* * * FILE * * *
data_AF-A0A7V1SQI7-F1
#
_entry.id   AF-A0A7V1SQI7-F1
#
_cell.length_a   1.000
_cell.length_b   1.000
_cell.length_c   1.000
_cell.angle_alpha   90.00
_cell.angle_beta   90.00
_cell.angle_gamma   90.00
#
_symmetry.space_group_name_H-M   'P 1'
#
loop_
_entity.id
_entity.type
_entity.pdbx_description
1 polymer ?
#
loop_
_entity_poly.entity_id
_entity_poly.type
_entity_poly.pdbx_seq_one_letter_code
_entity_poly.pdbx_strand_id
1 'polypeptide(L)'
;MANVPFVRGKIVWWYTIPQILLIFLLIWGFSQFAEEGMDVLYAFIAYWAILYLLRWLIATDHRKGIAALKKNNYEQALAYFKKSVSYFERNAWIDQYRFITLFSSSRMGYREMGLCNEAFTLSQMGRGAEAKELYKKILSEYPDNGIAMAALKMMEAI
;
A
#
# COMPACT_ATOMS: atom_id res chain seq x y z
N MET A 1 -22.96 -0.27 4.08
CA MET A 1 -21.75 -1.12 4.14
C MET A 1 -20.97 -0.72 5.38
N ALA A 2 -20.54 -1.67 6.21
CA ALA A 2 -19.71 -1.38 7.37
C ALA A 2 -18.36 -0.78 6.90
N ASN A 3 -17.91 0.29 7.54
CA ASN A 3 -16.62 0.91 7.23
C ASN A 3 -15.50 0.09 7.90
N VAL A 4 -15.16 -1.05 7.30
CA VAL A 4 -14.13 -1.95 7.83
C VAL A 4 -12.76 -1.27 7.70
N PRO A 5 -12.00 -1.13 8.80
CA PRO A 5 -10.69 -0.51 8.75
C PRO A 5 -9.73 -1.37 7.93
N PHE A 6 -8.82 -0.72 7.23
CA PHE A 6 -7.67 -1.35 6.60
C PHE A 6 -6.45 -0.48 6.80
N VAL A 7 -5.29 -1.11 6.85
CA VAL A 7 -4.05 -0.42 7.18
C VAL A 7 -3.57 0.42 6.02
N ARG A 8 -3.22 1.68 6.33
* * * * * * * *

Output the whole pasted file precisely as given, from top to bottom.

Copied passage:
data_AF-A0A7V1SQI7-F1
#
_entry.id   AF-A0A7V1SQI7-F1
#
_cell.length_a   1.000
_cell.length_b   1.000
_cell.length_c   1.000
_cell.angle_alpha   90.00
_cell.angle_beta   90.00
_cell.angle_gamma   90.00
#
_symmetry.space_group_name_H-M   'P 1'
#
loop_
_entity.id
_entity.type
_entity.pdbx_description
1 polymer ?
#
loop_
_entity_poly.entity_id
_entity_poly.type
_entity_poly.pdbx_seq_one_letter_code
_entity_poly.pdbx_strand_id
1 'polypeptide(L)'
;MANVPFVRGKIVWWYTIPQILLIFLLIWGFSQFAEEGMDVLYAFIAYWAILYLLRWLIATDHRKGIAALKKNNYEQALAYFKKSVSYFERNAWIDQYRFITLFSSSRMGYREMGLCNEAFTLSQMGRGAEAKELYKKILSEYPDNGIAMAALKMMEAI
;
A
#
# COMPACT_ATOMS: atom_id res chain seq x y z
N MET A 1 -22.96 -0.27 4.08
CA MET A 1 -21.75 -1.12 4.14
C MET A 1 -20.97 -0.72 5.38
N ALA A 2 -20.54 -1.67 6.21
CA ALA A 2 -19.71 -1.38 7.37
C ALA A 2 -18.36 -0.78 6.90
N ASN A 3 -17.91 0.29 7.54
CA ASN A 3 -16.62 0.91 7.23
C ASN A 3 -15.50 0.09 7.90
N VAL A 4 -15.16 -1.05 7.30
CA VAL A 4 -14.13 -1.95 7.83
C VAL A 4 -12.76 -1.27 7.70
N PRO A 5 -12.00 -1.13 8.80
CA PRO A 5 -10.69 -0.51 8.75
C PRO A 5 -9.73 -1.37 7.93
N PHE A 6 -8.82 -0.72 7.23
CA PHE A 6 -7.67 -1.35 6.60
C PHE A 6 -6.45 -0.48 6.80
N VAL A 7 -5.29 -1.11 6.85
CA VAL A 7 -4.05 -0.42 7.18
C VAL A 7 -3.57 0.42 6.02
N ARG A 8 -3.22 1.68 6.33